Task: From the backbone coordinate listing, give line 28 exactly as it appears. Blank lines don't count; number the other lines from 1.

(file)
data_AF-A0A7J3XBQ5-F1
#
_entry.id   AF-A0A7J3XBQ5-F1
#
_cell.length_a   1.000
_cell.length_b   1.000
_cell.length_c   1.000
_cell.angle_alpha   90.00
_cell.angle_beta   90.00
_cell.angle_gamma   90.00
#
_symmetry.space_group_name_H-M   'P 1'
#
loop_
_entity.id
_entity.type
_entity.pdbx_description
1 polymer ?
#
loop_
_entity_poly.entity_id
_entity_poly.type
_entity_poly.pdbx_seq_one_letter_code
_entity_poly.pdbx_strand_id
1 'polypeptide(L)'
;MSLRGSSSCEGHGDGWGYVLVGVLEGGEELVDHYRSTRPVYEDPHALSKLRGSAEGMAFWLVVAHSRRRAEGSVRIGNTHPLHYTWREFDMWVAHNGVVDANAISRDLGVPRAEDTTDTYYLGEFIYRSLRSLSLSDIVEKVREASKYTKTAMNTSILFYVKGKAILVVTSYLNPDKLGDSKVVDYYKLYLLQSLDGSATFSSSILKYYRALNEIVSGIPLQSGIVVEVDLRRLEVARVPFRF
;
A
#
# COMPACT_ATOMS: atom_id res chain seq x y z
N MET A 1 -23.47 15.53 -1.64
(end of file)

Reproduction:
A